Background: Afghanistan has one of the highest rates of maternal mortality in the world. We assess the health outcomes and cost-effectiveness of strategies to improve the safety of pregnancy and childbirth in Afghanistan.
Methods: Using national and sub-national data, we adapted a previously validated model that simulates the natural history of pregnancy and pregnancy-related complications. We incorporated data on antenatal care, family planning, skilled birth attendance and information about access to transport, referral facilities and quality of care. We evaluated single interventions (e.g. family planning) and strategies that combined several interventions packaged as integrated services (transport, intrapartum care). Outcomes included pregnancy-related complications, maternal deaths, maternal mortality ratios, costs and cost-effectiveness ratios.
Findings: Model-projected reduction in maternal deaths between 1999-2002 and 2007-08 approximated 20%. Increasing family planning was the most effective individual intervention to further reduce maternal mortality; up to 1 in 3 pregnancy-related deaths could be prevented if contraception use approached 60%. Nevertheless, reductions in maternal mortality reached a threshold (∼30% to 40%) without strategies that assured women access to emergency obstetrical care. A stepwise approach that coupled improved family planning with incremental improvements in skilled attendance, transport, referral and appropriate intrapartum care and high-quality facilities prevented 3 of 4 maternal deaths. Such an approach would cost less than US$200 per year of life saved at the national level, well below Afghanistan's per capita gross domestic product (GDP), a common benchmark for cost-effectiveness. Similar results were noted sub-nationally.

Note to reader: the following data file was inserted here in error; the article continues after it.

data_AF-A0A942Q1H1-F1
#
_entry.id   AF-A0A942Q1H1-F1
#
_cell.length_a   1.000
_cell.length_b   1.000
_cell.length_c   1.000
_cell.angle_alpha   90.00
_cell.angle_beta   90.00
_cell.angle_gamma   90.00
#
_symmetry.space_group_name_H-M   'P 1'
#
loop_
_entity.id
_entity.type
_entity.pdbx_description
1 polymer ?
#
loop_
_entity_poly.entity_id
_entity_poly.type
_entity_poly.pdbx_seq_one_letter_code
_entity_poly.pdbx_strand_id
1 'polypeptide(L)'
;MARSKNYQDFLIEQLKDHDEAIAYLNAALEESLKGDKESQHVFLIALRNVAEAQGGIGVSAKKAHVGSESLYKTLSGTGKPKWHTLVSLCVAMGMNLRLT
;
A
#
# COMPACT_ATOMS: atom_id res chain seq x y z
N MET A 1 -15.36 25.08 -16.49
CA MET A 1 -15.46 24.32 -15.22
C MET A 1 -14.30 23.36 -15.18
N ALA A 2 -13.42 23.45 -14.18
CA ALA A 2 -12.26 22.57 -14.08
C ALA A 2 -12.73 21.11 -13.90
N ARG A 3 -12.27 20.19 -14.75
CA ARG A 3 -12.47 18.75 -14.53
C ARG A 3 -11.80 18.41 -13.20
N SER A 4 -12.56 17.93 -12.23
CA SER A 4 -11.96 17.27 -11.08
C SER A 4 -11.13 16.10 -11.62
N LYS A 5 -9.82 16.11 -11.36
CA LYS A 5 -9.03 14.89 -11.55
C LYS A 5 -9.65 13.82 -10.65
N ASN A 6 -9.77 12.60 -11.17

Interpretation: Our findings reinforce the importance of early intensive efforts to increase family planning for spacing and limiting births and to provide control of fertility choices. While significant improvements in health delivery infrastructure will be required to meet Millennium Development Goal 5, a paced systematic effort that invests in scaling up capacity for integrated maternal health services as the total fertility rate declines appears feasible and cost-effective.